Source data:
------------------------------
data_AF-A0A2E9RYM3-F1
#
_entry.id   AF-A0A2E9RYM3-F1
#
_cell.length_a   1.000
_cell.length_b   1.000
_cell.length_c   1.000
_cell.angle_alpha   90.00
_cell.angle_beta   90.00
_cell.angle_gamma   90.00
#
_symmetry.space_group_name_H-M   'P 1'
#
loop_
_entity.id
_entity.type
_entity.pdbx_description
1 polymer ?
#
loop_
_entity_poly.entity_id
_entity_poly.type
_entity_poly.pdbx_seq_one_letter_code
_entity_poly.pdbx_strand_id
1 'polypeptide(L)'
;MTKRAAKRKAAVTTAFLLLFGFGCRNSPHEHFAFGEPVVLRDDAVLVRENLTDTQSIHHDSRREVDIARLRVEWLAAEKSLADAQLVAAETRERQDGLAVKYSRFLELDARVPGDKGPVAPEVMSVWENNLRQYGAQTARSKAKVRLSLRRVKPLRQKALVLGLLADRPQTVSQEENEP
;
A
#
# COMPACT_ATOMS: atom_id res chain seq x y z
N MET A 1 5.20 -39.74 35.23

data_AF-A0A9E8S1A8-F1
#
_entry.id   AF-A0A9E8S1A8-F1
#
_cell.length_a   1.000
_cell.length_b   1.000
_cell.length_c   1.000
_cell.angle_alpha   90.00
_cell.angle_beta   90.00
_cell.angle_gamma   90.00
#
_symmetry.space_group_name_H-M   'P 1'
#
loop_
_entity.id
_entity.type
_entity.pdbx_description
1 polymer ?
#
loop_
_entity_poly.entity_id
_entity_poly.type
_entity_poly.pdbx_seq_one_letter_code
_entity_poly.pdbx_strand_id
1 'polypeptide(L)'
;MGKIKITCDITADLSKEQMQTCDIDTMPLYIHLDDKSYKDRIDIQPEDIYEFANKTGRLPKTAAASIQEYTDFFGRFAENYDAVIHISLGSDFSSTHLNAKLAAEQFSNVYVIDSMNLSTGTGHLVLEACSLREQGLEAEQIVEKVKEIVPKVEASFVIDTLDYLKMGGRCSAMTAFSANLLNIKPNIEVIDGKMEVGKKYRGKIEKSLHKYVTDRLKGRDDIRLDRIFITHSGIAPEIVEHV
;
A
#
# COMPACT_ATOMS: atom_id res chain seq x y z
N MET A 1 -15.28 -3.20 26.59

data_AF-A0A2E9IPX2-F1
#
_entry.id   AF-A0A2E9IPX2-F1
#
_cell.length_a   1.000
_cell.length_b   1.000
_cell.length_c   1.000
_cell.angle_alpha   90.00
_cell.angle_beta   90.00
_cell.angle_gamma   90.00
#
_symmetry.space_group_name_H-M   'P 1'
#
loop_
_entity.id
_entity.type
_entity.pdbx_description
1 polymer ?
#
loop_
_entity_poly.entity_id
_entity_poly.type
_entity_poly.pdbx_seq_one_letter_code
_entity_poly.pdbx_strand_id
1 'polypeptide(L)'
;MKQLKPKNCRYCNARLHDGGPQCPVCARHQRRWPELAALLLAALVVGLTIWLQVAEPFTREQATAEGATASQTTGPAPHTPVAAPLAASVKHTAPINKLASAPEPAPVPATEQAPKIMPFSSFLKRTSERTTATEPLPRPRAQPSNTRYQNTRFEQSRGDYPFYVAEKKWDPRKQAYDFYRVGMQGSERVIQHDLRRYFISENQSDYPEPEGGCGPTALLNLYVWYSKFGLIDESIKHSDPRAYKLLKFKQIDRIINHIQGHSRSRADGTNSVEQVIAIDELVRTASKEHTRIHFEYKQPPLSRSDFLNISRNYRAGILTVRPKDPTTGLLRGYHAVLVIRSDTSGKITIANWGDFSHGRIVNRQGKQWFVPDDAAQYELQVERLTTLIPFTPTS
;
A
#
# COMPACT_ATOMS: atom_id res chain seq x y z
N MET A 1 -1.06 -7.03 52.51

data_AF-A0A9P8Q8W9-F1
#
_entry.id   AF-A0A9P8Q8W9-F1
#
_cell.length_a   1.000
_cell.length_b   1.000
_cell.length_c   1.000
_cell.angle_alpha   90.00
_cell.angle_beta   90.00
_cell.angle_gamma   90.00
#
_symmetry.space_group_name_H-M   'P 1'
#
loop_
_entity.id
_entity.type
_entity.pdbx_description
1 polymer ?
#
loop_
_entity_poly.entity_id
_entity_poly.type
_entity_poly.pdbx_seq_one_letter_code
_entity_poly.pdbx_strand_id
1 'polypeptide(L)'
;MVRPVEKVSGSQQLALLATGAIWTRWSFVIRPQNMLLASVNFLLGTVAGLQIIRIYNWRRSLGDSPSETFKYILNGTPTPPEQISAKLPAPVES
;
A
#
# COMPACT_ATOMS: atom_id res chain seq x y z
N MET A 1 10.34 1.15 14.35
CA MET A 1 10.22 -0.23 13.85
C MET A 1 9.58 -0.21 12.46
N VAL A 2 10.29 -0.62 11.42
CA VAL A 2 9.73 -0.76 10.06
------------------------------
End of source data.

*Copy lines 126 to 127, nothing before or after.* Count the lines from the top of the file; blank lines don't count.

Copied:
C MET A 1 9.58 -0.21 12.46
N VAL A 2 10.29 -0.62 11.42